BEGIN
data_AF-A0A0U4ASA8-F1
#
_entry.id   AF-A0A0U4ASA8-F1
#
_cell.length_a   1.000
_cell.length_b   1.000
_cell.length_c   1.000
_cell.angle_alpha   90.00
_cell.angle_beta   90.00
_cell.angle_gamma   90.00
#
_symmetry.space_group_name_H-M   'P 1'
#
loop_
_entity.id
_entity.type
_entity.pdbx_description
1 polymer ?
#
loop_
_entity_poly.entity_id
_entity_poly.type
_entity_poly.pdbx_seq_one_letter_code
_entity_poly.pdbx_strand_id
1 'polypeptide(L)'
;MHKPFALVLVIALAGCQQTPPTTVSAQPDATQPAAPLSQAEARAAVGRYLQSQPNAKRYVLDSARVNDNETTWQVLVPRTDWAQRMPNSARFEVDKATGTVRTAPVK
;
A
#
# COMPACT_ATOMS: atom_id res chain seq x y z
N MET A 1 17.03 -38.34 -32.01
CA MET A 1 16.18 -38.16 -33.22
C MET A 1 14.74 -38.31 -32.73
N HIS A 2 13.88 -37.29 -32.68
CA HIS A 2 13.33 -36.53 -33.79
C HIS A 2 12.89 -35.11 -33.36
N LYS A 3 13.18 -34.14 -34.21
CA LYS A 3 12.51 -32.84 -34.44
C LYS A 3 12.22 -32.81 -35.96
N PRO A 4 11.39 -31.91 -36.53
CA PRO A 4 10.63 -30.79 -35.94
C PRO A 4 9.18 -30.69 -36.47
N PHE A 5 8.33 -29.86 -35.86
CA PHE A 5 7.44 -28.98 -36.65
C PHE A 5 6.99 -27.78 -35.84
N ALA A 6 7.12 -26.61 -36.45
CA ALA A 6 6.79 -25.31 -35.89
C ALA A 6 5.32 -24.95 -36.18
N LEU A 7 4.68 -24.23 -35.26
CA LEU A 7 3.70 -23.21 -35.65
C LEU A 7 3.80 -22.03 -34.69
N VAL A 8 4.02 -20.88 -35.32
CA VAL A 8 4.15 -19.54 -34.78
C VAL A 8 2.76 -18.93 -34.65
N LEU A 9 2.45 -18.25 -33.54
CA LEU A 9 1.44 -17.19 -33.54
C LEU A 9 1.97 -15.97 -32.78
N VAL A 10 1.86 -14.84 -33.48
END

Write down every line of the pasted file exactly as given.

data_AF-A0A0U4ASA8-F1
#
_entry.id   AF-A0A0U4ASA8-F1
#
_cell.length_a   1.000
_cell.length_b   1.000
_cell.length_c   1.000
_cell.angle_alpha   90.00
_cell.angle_beta   90.00
_cell.angle_gamma   90.00
#
_symmetry.space_group_name_H-M   'P 1'
#
loop_
_entity.id
_entity.type
_entity.pdbx_description
1 polymer ?
#
loop_
_entity_poly.entity_id
_entity_poly.type
_entity_poly.pdbx_seq_one_letter_code
_entity_poly.pdbx_strand_id
1 'polypeptide(L)'
;MHKPFALVLVIALAGCQQTPPTTVSAQPDATQPAAPLSQAEARAAVGRYLQSQPNAKRYVLDSARVNDNETTWQVLVPRTDWAQRMPNSARFEVDKATGTVRTAPVK
;
A
#
# COMPACT_ATOMS: atom_id res chain seq x y z
N MET A 1 17.03 -38.34 -32.01
CA MET A 1 16.18 -38.16 -33.22
C MET A 1 14.74 -38.31 -32.73
N HIS A 2 13.88 -37.29 -32.68
CA HIS A 2 13.33 -36.53 -33.79
C HIS A 2 12.89 -35.11 -33.36
N LYS A 3 13.18 -34.14 -34.21
CA LYS A 3 12.51 -32.84 -34.44
C LYS A 3 12.22 -32.81 -35.96
N PRO A 4 11.39 -31.91 -36.53
CA PRO A 4 10.63 -30.79 -35.94
C PRO A 4 9.18 -30.69 -36.47
N PHE A 5 8.33 -29.86 -35.86
CA PHE A 5 7.44 -28.98 -36.65
C PHE A 5 6.99 -27.78 -35.84
N ALA A 6 7.12 -26.61 -36.45
CA ALA A 6 6.79 -25.31 -35.89
C ALA A 6 5.32 -24.95 -36.18
N LEU A 7 4.68 -24.23 -35.26
CA LEU A 7 3.70 -23.21 -35.65
C LEU A 7 3.80 -22.03 -34.69
N VAL A 8 4.02 -20.88 -35.32
CA VAL A 8 4.15 -19.54 -34.78
C VAL A 8 2.76 -18.93 -34.65
N LEU A 9 2.45 -18.25 -33.54
CA LEU A 9 1.44 -17.19 -33.54
C LEU A 9 1.97 -15.97 -32.78
N VAL A 10 1.86 -14.84 -33.48